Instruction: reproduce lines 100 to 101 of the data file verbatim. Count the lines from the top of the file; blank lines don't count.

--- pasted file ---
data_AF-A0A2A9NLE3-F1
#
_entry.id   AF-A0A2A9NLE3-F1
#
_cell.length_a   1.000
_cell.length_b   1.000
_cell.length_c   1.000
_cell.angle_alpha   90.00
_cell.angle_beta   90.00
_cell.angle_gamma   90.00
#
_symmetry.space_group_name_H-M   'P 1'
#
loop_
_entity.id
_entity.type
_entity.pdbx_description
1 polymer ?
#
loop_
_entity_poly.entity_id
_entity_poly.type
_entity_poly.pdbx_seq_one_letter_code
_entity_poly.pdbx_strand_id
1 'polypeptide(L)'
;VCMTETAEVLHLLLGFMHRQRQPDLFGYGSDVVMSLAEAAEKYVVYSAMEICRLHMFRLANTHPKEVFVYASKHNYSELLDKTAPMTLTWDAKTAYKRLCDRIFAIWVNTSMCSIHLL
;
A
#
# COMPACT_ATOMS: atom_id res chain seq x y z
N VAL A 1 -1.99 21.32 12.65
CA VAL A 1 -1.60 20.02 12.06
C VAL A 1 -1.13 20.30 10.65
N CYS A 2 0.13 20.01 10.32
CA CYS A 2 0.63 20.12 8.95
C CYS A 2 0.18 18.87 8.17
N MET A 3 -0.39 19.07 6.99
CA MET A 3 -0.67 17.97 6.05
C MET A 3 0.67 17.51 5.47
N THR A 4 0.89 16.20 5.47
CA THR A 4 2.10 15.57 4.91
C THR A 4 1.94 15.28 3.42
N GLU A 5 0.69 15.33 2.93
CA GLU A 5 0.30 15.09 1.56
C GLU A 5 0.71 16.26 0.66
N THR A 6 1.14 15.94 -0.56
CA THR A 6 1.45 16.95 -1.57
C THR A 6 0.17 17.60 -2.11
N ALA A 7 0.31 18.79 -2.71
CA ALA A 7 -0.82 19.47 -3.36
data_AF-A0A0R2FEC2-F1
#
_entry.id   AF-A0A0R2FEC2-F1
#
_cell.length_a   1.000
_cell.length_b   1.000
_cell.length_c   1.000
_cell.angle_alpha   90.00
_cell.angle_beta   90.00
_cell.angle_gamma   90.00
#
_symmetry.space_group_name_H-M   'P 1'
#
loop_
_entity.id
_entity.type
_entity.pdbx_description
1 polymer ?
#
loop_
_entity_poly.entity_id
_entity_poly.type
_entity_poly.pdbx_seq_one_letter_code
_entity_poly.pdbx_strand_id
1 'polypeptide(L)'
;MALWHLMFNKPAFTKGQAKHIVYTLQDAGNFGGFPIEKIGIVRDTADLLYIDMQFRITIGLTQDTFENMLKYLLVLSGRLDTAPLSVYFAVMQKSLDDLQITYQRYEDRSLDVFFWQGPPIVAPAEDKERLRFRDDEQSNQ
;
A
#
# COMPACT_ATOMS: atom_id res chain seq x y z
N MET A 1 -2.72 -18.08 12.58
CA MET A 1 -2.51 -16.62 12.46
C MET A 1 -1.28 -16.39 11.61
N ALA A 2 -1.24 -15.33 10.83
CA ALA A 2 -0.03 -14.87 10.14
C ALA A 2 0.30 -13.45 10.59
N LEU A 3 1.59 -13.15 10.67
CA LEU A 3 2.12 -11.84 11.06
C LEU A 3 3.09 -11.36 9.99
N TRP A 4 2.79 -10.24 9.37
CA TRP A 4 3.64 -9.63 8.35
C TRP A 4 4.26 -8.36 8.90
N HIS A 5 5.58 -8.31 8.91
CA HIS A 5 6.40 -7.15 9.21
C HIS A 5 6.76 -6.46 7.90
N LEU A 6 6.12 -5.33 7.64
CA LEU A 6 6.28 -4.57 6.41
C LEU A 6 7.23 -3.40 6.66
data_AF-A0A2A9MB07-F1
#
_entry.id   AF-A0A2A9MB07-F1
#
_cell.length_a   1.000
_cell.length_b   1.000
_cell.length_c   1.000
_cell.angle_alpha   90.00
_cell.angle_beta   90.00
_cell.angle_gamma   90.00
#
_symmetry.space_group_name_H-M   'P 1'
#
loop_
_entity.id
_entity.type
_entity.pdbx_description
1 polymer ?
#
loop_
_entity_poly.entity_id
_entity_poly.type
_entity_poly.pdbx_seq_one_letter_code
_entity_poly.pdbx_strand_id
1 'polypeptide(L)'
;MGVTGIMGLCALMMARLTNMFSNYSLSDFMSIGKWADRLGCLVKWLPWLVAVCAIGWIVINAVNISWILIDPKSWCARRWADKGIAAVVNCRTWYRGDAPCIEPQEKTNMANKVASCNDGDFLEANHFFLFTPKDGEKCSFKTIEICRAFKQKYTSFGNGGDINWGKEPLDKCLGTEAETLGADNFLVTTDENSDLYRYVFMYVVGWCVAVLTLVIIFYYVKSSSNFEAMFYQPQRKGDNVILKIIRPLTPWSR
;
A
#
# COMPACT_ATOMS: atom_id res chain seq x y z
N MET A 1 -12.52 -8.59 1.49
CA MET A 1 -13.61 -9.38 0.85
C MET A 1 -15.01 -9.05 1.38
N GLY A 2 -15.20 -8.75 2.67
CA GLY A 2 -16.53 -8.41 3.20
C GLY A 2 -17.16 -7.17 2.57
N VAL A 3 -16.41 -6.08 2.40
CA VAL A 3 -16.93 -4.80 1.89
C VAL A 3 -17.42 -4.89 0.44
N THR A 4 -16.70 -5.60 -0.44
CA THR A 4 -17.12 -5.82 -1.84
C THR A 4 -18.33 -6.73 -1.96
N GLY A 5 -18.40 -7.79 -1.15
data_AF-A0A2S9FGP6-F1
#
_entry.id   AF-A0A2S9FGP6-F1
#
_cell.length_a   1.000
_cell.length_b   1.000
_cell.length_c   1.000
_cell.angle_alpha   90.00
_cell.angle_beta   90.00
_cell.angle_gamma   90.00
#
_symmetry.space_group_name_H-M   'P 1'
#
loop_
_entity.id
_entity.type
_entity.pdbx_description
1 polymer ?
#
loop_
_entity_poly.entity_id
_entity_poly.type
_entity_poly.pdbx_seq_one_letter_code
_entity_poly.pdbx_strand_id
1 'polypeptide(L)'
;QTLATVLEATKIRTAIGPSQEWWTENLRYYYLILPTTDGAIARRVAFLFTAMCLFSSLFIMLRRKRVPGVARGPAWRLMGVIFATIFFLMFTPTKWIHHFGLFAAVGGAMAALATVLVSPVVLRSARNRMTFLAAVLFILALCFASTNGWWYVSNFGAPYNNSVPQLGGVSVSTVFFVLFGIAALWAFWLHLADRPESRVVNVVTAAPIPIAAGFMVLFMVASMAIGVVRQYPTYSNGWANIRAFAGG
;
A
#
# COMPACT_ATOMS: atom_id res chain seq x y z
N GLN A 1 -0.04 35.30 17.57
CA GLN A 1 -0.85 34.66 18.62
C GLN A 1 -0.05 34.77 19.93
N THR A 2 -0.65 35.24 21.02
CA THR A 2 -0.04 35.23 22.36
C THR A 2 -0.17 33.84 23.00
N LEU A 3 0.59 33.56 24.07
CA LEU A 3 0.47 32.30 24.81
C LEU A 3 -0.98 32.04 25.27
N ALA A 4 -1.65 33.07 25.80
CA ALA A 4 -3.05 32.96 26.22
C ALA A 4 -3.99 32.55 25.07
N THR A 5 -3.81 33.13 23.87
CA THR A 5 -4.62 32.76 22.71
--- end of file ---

#
_entry.id   AF-A0A2A9MB07-F1